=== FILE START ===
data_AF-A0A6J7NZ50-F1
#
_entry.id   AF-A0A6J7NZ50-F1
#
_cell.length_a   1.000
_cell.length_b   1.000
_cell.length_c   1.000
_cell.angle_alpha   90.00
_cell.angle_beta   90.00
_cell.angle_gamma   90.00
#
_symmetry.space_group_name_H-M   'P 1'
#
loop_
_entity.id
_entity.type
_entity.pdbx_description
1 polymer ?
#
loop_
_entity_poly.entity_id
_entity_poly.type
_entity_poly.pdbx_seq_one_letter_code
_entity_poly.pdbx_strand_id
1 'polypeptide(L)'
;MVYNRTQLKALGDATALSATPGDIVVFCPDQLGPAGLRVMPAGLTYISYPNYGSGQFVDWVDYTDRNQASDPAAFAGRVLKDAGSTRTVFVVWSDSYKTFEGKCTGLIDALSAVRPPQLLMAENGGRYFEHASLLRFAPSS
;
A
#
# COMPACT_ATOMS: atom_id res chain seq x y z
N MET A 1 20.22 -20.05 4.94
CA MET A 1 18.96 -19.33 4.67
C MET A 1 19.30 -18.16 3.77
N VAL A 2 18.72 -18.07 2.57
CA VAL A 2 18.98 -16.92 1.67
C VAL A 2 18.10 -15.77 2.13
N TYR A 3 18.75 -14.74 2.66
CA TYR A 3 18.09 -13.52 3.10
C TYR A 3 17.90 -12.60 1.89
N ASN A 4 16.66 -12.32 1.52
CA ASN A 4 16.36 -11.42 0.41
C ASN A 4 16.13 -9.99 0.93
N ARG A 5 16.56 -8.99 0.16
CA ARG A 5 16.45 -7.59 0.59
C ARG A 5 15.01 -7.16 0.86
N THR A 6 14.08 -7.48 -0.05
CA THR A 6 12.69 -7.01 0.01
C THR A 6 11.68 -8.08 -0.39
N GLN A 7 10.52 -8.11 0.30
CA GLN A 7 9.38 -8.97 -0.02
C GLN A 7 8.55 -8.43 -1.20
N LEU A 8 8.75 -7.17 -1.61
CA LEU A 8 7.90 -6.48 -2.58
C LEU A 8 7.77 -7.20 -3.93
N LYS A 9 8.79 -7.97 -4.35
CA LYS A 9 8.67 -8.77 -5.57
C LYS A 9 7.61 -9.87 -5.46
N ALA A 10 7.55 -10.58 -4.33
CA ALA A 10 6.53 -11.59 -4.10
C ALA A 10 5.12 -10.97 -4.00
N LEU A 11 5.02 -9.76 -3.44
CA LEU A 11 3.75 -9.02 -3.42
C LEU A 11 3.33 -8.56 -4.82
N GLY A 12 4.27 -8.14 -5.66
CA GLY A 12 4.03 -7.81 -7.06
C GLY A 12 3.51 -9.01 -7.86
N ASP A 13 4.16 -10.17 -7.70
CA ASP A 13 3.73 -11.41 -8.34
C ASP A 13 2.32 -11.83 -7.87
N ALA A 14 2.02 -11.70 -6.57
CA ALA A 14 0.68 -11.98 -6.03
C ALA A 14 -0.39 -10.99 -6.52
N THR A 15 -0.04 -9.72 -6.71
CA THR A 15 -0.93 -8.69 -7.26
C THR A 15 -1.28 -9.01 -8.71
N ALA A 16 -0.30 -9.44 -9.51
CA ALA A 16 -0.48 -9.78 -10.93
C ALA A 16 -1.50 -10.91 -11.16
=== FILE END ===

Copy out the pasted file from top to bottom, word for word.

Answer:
data_AF-A0A6J7NZ50-F1
#
_entry.id   AF-A0A6J7NZ50-F1
#
_cell.length_a   1.000
_cell.length_b   1.000
_cell.length_c   1.000
_cell.angle_alpha   90.00
_cell.angle_beta   90.00
_cell.angle_gamma   90.00
#
_symmetry.space_group_name_H-M   'P 1'
#
loop_
_entity.id
_entity.type
_entity.pdbx_description
1 polymer ?
#
loop_
_entity_poly.entity_id
_entity_poly.type
_entity_poly.pdbx_seq_one_letter_code
_entity_poly.pdbx_strand_id
1 'polypeptide(L)'
;MVYNRTQLKALGDATALSATPGDIVVFCPDQLGPAGLRVMPAGLTYISYPNYGSGQFVDWVDYTDRNQASDPAAFAGRVLKDAGSTRTVFVVWSDSYKTFEGKCTGLIDALSAVRPPQLLMAENGGRYFEHASLLRFAPSS
;
A
#
# COMPACT_ATOMS: atom_id res chain seq x y z
N MET A 1 20.22 -20.05 4.94
CA MET A 1 18.96 -19.33 4.67
C MET A 1 19.30 -18.16 3.77
N VAL A 2 18.72 -18.07 2.57
CA VAL A 2 18.98 -16.92 1.67
C VAL A 2 18.10 -15.77 2.13
N TYR A 3 18.75 -14.74 2.66
CA TYR A 3 18.09 -13.52 3.10
C TYR A 3 17.90 -12.60 1.89
N ASN A 4 16.66 -12.32 1.52
CA ASN A 4 16.36 -11.42 0.41
C ASN A 4 16.13 -9.99 0.93
N ARG A 5 16.56 -8.99 0.16
CA ARG A 5 16.45 -7.59 0.59
C ARG A 5 15.01 -7.16 0.86
N THR A 6 14.08 -7.48 -0.05
CA THR A 6 12.69 -7.01 0.01
C THR A 6 11.68 -8.08 -0.39
N GLN A 7 10.52 -8.11 0.30
CA GLN A 7 9.38 -8.97 -0.02
C GLN A 7 8.55 -8.43 -1.20
N LEU A 8 8.75 -7.17 -1.61
CA LEU A 8 7.90 -6.48 -2.58
C LEU A 8 7.77 -7.20 -3.93
N LYS A 9 8.79 -7.97 -4.35
CA LYS A 9 8.67 -8.77 -5.57
C LYS A 9 7.61 -9.87 -5.46
N ALA A 10 7.55 -10.58 -4.33
CA ALA A 10 6.53 -11.59 -4.10
C ALA A 10 5.12 -10.97 -4.00
N LEU A 11 5.02 -9.76 -3.44
CA LEU A 11 3.75 -9.02 -3.42
C LEU A 11 3.33 -8.56 -4.82
N GLY A 12 4.27 -8.14 -5.66
CA GLY A 12 4.03 -7.81 -7.06
C GLY A 12 3.51 -9.01 -7.86
N ASP A 13 4.16 -10.17 -7.70
CA ASP A 13 3.73 -11.41 -8.34
C ASP A 13 2.32 -11.83 -7.87
N ALA A 14 2.02 -11.70 -6.57
CA ALA A 14 0.68 -11.98 -6.03
C ALA A 14 -0.39 -10.99 -6.52
N THR A 15 -0.04 -9.72 -6.71
CA THR A 15 -0.93 -8.69 -7.26
C THR A 15 -1.28 -9.01 -8.71
N ALA A 16 -0.30 -9.44 -9.51
CA ALA A 16 -0.48 -9.78 -10.93
C ALA A 16 -1.50 -10.91 -11.16